Please help us “B-E-A-T” ovarian cancer by spreading the word about the early warning signs & symptoms of the disease throughout the month of September.

beatlogo_308x196B = bloating that is persistent and does not come and go

E = eating less and feeling fuller

A =abdominal or pelvic pain

T = trouble with urination (urgency or frequency)

Women who have these symptoms almost daily for more than a few weeks should see their doctor. Prompt medical evaluation may lead to detection at the earliest possible stage of the disease. As noted above, early stage diagnosis is associated with an improved prognosis.

__________________________________________________________

The White House

Office of the Press Secretary

For Immediate Release August 29, 2014

BY THE PRESIDENT OF THE UNITED STATES OF AMERICA

A PROCLAMATION

obama_signing

Ovarian cancer is the most deadly of all female reproductive system cancers. This year nearly 22,000 Americans will be diagnosed with this cancer, and more than 14,000 will die from it. The lives of mothers and daughters will be taken too soon, and the pain of this disease will touch too many families. During National Ovarian Cancer Awareness Month, we honor the loved ones we have lost to this disease and all those who battle it today, and we continue our work to improve care and raise awareness about ovarian cancer.

When ovarian cancer is found in its early stages, treatment is most effective and the chances for recovery are greatest. But ovarian cancer is difficult to detect early — there is no simple and reliable way to screen for this disease, symptoms are often not clear until later stages, and most women are diagnosed without being at high risk. That is why it is important for all women to pay attention to their bodies and know what is normal for them. Women who experience unexplained changes — including abdominal pain, pressure, and swelling — should talk with their health care provider. To learn more about the risk factors and symptoms of ovarian cancer, Americans can visit www.Cancer.gov.

Regular health checkups increase the chance of early detection, and the Affordable Care Act expands this critical care to millions of women. Insurance companies are now required to cover well-woman visits, which provide women an opportunity to talk with their health care provider, and insurers are prohibited from charging a copayment for this service.

For the thousands of women affected by ovarian cancer, the Affordable Care Act also prohibits insurance companies from denying coverage due to a pre-existing condition, such as cancer or a family history of cancer; prevents insurers from denying participation in an approved clinical trial for any life-threatening disease; and eliminates annual and lifetime dollar limits on coverage. And as we work to ease the burden of ovarian cancer for today’s patients, my Administration continues to invest in the critical research that will lead to earlier detection, improved care, and the medical breakthroughs of tomorrow.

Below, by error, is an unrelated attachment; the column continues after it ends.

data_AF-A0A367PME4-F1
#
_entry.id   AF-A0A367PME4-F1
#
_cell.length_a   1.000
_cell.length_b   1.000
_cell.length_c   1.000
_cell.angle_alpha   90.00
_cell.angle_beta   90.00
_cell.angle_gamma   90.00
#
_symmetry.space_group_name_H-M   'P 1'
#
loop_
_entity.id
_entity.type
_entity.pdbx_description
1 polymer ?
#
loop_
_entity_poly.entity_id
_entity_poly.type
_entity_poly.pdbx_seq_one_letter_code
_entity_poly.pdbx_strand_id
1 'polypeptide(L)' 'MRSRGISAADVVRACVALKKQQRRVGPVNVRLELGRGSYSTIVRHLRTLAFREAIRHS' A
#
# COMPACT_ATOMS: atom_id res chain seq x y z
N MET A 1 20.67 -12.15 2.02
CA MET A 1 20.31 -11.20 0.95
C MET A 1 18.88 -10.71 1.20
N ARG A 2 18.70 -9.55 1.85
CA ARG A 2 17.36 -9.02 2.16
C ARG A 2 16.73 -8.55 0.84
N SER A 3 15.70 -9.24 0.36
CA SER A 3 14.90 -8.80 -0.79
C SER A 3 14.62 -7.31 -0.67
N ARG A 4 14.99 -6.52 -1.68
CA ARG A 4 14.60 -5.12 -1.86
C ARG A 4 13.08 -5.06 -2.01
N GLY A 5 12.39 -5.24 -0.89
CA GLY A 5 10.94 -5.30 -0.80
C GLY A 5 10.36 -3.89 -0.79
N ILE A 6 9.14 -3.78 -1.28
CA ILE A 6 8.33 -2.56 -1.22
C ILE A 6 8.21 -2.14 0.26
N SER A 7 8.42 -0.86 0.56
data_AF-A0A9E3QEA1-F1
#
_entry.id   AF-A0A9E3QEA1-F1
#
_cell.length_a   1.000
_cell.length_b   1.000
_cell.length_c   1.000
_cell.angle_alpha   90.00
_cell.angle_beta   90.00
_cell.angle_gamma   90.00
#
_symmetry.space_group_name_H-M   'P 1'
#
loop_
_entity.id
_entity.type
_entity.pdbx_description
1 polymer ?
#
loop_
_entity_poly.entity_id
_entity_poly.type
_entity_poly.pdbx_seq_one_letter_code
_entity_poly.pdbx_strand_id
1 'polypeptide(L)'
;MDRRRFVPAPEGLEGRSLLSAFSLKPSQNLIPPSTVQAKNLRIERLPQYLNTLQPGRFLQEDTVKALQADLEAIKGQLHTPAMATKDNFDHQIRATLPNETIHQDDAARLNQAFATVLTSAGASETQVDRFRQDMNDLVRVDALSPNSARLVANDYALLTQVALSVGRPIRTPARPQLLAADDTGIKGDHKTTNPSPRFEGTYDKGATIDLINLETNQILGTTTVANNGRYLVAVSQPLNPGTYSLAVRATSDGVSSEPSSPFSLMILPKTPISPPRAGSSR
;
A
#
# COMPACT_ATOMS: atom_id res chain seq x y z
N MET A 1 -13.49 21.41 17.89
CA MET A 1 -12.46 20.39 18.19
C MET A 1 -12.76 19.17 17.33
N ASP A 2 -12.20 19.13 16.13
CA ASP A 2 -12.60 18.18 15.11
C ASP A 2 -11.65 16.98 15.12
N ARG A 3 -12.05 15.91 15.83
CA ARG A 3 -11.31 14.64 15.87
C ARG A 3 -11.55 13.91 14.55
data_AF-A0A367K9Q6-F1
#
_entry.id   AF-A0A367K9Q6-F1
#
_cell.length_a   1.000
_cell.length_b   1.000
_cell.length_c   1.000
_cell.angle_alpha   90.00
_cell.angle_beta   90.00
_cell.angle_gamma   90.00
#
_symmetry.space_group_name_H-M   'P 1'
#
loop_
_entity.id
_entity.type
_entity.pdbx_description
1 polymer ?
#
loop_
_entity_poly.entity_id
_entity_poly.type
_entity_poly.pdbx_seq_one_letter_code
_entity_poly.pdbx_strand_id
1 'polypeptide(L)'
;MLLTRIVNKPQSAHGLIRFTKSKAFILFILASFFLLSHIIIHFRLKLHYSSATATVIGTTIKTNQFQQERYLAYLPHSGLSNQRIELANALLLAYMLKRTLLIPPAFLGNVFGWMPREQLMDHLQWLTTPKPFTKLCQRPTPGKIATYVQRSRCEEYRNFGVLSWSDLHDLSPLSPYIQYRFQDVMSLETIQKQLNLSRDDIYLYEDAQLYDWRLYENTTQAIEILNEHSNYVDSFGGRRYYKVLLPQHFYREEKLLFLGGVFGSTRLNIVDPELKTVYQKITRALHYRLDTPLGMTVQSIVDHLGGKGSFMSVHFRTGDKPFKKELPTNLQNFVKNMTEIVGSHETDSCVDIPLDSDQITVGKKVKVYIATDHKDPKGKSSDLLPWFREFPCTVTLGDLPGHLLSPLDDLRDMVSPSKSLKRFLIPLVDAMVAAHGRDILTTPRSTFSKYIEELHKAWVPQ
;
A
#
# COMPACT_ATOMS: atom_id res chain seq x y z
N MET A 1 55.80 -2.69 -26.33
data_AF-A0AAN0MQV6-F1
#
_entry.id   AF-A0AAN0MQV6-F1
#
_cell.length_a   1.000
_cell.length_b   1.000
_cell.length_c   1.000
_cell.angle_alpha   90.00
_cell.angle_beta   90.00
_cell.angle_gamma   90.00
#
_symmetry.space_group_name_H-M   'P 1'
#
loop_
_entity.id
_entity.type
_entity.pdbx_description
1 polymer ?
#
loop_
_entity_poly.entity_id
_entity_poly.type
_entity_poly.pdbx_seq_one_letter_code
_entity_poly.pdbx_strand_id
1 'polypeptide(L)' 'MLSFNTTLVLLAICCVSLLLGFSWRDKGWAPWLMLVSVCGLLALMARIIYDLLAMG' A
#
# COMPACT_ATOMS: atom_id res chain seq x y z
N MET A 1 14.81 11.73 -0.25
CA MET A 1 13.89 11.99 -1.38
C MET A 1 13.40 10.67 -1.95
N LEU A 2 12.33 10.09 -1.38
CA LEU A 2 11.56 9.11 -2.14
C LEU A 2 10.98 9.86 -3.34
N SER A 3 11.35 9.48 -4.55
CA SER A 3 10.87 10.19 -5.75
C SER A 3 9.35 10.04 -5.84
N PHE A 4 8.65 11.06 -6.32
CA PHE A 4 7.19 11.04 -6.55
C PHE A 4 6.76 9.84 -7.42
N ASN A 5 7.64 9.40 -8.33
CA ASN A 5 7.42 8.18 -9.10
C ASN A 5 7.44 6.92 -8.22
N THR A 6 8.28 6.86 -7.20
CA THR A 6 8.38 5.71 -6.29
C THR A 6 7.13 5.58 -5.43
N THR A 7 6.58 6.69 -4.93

Ovarian cancer and the hardship it brings have affected too many lives. This month, our Nation stands with everyone who has been touched by this disease, and we recognize all those committed to advancing the fight against this cancer through research, advocacy, and quality care. Together, let us renew our commitment to reducing the impact of ovarian cancer and to a future free from cancer in all its forms.

NOW, THEREFORE, I, BARACK OBAMA, President of the United States of America, by virtue of the authority vested in me by the Constitution and the laws of the United States, do hereby proclaim September 2014 as National Ovarian Cancer Awareness Month. I call upon citizens, government agencies, organizations, health care providers, and research institutions to raise ovarian cancer awareness and continue helping Americans live longer, healthier lives. I also urge women across our country to talk to their health care providers and learn more about this disease.

IN WITNESS WHEREOF, I have hereunto set my hand this twenty-ninth day of August, in the year of our Lord two thousand fourteen, and of the Independence of the United States of America the two hundred and thirty-ninth.

BARACK OBAMA

__________________________________________________________

Sources:

  • Cancer Facts & Figures 2014. Atlanta: American Cancer Society; 2014 [PDF file].
  • Presidential Proclamation — National Ovarian Cancer Awareness Month, 2013, Office of the Press Secretary, The White House, August 29, 2014.

National Women’s Health Week — Learn, Spread the Word & Join!

National Women’s Health Week begins on Mother’s Day each year. During this week, individuals, families, communities, and others work to help women learn how to achieve longer, healthier, and safer lives.

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Beginning with Mother’s Day on Sunday, May 11, we celebrate National Women’s Health Week by encouraging the women in our lives – our mothers, grandmothers, aunts, sisters, cousins, friends, and colleagues – to take steps to live healthier, happier lives.

We know that women are often the ones who make sure that everyone – everyone else, that is – in our families are cared for. But too often, women put their own health last.

But the reality is unless you take care of yourself, you cannot really take care of your family. That means eating right, exercising, quitting smoking, and getting the care necessary to stay healthy. In fact, you can now use websites, apps, and mobile devices to help you track and manage your health.